Certification under the Framework requires organisations to publicly declare
their commitment to comply with the Principles, publish their privacy policies
and fully implement them. In addition, organizations must provide a description
of purposes of processing personal data to the DOC, identify the scope of
personal data covered by the certification, verify their compliance and
designate an independent recourse mechanism as well as the statutory body
empowered to enforce compliance with the Principles.

Monitoring and enforcement

The DOC will monitor compliance with the Framework and carry out random
spot checks as well as investigate potential compliance issues, such as when
reported to the DOC by third parties. Organisations that persistently fail to
comply with the Principles will be removed from the Framework List and must
return or delete the personal data received under the Framework.

Other data transfer mechanisms

The EC also clarified in its Q&A on the Framework that the new
safeguards that were put in place under Executive Order 14086 apply to all data
transfers to the US. The new safeguards thus facilitate other data transfer
mechanisms, such as transfers based on Standard Contractual Clauses and binding
corporate rules. Organizations will have to update their Transfer Impact
Assessments in light of the new US safeguards. An update of the SCCs will
usually not be required.

What’s next?

Schrems III?: Max Schrems has already announced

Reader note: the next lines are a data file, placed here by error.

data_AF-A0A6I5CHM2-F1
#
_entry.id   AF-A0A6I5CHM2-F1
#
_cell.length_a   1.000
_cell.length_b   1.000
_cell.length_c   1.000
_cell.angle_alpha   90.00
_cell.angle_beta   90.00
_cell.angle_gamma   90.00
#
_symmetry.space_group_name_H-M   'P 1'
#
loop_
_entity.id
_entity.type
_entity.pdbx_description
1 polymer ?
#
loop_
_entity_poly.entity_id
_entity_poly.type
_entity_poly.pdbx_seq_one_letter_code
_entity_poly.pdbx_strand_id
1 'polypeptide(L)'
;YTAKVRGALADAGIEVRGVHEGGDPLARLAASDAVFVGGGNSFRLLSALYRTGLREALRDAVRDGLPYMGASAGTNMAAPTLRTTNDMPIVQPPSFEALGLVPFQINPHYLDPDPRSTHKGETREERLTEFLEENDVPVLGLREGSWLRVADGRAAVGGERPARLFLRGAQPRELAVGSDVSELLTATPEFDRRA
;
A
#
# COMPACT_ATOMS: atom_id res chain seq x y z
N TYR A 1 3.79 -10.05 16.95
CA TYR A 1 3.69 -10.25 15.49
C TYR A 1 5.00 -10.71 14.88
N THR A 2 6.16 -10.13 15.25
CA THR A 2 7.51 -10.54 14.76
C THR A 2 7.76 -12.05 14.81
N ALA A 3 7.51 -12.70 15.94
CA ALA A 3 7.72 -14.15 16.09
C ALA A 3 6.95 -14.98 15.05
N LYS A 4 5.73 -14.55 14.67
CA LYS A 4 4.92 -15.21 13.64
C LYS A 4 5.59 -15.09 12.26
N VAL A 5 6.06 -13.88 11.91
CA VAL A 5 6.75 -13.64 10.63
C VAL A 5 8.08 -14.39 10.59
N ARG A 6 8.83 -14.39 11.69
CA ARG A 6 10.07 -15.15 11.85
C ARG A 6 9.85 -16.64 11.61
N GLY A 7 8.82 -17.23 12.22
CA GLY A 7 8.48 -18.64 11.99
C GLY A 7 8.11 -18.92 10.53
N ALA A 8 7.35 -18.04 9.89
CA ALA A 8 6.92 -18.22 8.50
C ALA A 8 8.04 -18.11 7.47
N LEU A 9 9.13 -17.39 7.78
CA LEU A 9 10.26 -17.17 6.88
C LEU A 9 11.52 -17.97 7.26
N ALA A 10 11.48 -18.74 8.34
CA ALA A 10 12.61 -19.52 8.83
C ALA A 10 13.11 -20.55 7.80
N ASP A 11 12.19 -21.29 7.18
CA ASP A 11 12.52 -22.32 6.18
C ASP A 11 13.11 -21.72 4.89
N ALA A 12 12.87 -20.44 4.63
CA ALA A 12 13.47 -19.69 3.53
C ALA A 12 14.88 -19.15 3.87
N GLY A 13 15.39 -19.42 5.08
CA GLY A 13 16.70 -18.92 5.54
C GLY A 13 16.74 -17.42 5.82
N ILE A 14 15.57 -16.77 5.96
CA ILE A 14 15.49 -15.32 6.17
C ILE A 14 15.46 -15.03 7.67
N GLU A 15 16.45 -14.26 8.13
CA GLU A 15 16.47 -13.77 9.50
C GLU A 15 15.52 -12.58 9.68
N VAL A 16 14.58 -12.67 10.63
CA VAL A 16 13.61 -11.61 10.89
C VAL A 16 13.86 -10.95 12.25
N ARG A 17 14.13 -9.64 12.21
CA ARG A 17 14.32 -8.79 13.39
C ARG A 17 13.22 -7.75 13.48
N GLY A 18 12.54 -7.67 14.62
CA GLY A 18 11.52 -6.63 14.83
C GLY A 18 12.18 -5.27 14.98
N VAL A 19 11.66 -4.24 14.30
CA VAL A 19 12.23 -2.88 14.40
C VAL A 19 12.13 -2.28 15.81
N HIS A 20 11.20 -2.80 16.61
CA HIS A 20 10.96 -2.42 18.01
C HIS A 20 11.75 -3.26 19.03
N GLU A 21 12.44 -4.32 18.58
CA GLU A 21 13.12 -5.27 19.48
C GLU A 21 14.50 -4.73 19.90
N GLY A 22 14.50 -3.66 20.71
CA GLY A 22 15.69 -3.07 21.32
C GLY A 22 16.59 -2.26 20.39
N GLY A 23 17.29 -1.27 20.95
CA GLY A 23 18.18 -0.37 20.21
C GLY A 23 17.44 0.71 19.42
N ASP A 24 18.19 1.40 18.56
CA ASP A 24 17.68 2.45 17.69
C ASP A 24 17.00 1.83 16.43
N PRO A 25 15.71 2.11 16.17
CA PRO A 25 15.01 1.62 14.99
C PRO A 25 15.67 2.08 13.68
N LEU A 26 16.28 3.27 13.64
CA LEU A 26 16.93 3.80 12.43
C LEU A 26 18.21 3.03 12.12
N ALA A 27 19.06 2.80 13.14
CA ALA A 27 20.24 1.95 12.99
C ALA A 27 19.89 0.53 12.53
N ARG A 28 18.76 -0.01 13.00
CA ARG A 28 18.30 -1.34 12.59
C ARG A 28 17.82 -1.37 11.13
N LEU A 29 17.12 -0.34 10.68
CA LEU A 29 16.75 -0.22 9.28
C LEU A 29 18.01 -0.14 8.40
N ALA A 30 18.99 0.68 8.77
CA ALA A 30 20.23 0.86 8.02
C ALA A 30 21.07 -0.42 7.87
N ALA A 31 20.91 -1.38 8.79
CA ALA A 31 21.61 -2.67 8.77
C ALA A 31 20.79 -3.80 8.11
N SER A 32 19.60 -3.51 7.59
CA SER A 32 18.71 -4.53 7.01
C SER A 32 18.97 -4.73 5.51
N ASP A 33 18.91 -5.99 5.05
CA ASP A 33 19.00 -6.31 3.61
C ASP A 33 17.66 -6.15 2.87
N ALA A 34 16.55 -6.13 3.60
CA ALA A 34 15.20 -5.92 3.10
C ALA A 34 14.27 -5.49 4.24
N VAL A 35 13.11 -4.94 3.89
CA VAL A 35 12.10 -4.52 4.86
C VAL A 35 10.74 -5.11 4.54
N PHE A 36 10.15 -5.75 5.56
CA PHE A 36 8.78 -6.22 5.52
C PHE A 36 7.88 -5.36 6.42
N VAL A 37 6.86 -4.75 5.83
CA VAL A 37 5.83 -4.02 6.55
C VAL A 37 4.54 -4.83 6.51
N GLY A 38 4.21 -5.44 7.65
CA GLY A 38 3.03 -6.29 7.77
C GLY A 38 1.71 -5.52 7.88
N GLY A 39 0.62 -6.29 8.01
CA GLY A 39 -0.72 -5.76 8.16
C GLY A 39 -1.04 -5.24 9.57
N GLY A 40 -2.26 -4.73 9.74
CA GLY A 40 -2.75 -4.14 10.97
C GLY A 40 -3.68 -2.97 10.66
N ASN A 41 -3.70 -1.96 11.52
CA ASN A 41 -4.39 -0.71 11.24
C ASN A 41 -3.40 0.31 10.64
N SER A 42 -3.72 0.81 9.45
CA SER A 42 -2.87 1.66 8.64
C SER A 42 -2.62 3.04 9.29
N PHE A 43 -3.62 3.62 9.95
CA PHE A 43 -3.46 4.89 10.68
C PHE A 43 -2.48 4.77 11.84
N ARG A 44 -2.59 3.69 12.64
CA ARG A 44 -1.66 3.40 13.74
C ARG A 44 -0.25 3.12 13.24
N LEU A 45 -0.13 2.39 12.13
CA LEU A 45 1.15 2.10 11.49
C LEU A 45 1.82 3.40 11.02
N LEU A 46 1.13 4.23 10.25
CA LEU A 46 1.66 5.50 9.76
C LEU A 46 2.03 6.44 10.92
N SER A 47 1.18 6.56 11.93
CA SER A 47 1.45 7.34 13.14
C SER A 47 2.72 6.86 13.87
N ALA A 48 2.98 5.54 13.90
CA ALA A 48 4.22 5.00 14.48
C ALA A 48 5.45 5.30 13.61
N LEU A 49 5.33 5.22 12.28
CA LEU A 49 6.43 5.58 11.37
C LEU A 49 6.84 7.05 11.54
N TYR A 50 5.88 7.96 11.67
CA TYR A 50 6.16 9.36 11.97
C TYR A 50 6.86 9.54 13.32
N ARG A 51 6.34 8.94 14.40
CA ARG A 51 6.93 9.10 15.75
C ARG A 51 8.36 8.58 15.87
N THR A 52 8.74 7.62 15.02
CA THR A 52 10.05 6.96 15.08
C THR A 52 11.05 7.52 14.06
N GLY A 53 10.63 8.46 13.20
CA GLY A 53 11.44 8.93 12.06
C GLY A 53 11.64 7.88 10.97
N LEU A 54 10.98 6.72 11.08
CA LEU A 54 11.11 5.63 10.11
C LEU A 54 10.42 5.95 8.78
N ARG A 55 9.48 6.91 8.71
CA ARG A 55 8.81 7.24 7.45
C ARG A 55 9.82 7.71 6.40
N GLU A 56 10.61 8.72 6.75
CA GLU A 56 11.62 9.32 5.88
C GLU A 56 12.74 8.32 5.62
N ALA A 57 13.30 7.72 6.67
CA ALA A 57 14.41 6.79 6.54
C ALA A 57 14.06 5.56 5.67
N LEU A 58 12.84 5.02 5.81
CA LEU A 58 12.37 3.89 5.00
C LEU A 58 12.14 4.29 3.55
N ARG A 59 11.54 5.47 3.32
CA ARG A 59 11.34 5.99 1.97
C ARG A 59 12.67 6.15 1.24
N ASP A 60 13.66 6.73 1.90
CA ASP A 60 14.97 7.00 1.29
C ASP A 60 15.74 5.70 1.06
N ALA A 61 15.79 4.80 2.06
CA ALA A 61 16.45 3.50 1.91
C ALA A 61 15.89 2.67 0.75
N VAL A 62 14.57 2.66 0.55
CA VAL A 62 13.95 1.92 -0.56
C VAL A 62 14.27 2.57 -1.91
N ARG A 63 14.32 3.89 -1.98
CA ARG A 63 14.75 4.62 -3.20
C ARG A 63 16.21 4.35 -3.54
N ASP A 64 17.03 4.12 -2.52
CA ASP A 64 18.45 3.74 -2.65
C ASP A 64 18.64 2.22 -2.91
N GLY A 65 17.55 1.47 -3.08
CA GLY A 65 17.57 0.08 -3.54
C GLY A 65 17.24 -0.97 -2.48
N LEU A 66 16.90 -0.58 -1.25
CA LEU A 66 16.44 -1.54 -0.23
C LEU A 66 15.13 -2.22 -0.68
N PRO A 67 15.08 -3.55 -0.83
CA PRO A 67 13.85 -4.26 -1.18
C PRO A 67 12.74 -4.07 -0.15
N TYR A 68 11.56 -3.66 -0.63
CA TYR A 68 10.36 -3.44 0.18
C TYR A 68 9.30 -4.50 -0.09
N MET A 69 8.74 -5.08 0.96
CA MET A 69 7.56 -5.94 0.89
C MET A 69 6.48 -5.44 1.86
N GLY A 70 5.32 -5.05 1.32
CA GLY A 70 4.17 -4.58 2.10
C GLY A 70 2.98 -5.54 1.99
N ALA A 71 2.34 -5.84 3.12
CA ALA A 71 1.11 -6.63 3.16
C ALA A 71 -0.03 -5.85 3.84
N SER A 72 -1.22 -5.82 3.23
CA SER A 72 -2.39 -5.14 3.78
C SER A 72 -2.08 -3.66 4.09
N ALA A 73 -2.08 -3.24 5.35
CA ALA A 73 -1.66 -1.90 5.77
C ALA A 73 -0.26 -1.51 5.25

that he plans to challenge the Framework. Despite the EC’s adequacy
decision, there is no legal certainty as to whether the Framework will survive
a challenge before the CJEU. It could be invalidated, like its two
predecessors, or be upheld as an adequate mechanism, as is the case with the
standard contractual clauses and binding corporate rules. Given the nearly 100%
likelihood of a challenge to the Framework, organisations may wish to take a
wait and see approach. Alternatively, eligible organisations may self-certify
so that they may benefit from unencumbered transatlantic data transfers. Either
way the next step is critical.

Choose the appropriate mechanism: Organisations
involved in data transfers to the US should assess what is their preferred and
most appropriate data transfer mechanism. For some organizations a
certification for the Framework in the US will be best; others might prefer
relying on the SCCs plus the new US safeguards.

For EU data exporters: EU data exporters should check their agreements
with US data importers and request information on whether current data transfer
mechanism will continue to be used going forward and whether there will be
changes to any subprocessors or onward transfers. Further, EU data exporters
must prepare to update their transfer impact assessments and, if the data
transfer mechanism is changed to the Framework, amend privacy policies/notices,
records of processing activities, and information in cookie consent tools. Data
exporters should also check if tools or solutions that could not be used in the
past due to data transfers issues may now safely be used.

For US data importers: US data importers should be prepared for
questions from their EU data exporters about exploring a change from their
existing the data transfer mechanism to the Framework. The FTC has published
requirements and procedures on

Outlook: It is certainly good news that the EC has issued its adequacy
decision in relation to the Framework and has done so earlier than expected.
Further good news is that EU organizations will have fewer obstacles when doing
business with US organizations. It should also provide renewed confidence for